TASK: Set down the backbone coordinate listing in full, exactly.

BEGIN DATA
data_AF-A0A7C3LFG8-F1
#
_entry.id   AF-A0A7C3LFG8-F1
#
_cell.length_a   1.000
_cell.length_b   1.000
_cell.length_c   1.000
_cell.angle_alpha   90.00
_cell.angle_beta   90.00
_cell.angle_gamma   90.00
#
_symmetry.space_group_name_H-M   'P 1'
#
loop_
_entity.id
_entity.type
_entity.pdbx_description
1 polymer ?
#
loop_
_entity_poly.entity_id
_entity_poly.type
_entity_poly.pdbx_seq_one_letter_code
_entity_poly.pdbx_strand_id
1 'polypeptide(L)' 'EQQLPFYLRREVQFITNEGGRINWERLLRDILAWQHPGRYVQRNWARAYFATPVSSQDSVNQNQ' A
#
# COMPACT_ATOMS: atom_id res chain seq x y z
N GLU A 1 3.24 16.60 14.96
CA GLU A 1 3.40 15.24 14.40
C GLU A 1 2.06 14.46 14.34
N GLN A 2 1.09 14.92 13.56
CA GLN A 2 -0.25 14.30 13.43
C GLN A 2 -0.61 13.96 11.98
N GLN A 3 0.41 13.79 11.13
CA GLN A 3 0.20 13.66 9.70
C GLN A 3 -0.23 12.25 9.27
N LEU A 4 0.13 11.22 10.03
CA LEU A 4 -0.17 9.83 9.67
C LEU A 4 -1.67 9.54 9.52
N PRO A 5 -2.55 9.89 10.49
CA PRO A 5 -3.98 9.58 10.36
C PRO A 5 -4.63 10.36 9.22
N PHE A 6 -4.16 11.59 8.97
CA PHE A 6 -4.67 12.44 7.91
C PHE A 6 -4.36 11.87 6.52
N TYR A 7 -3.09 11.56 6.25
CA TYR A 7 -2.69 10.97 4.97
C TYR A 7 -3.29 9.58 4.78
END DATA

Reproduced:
data_AF-A0A7C3LFG8-F1
#
_entry.id   AF-A0A7C3LFG8-F1
#
_cell.length_a   1.000
_cell.length_b   1.000
_cell.length_c   1.000
_cell.angle_alpha   90.00
_cell.angle_beta   90.00
_cell.angle_gamma   90.00
#
_symmetry.space_group_name_H-M   'P 1'
#
loop_
_entity.id
_entity.type
_entity.pdbx_description
1 polymer ?
#
loop_
_entity_poly.entity_id
_entity_poly.type
_entity_poly.pdbx_seq_one_letter_code
_entity_poly.pdbx_strand_id
1 'polypeptide(L)' 'EQQLPFYLRREVQFITNEGGRINWERLLRDILAWQHPGRYVQRNWARAYFATPVSSQDSVNQNQ' A
#
# COMPACT_ATOMS: atom_id res chain seq x y z
N GLU A 1 3.24 16.60 14.96
CA GLU A 1 3.40 15.24 14.40
C GLU A 1 2.06 14.46 14.34
N GLN A 2 1.09 14.92 13.56
CA GLN A 2 -0.25 14.30 13.43
C GLN A 2 -0.61 13.96 11.98
N GLN A 3 0.41 13.79 11.13
CA GLN A 3 0.20 13.66 9.70
C GLN A 3 -0.23 12.25 9.27
N LEU A 4 0.13 11.22 10.03
CA LEU A 4 -0.17 9.83 9.67
C LEU A 4 -1.67 9.54 9.52
N PRO A 5 -2.55 9.89 10.49
CA PRO A 5 -3.98 9.58 10.36
C PRO A 5 -4.63 10.36 9.22
N PHE A 6 -4.16 11.59 8.97
CA PHE A 6 -4.67 12.44 7.91
C PHE A 6 -4.36 11.87 6.52
N TYR A 7 -3.09 11.56 6.25
CA TYR A 7 -2.69 10.97 4.97
C TYR A 7 -3.29 9.58 4.78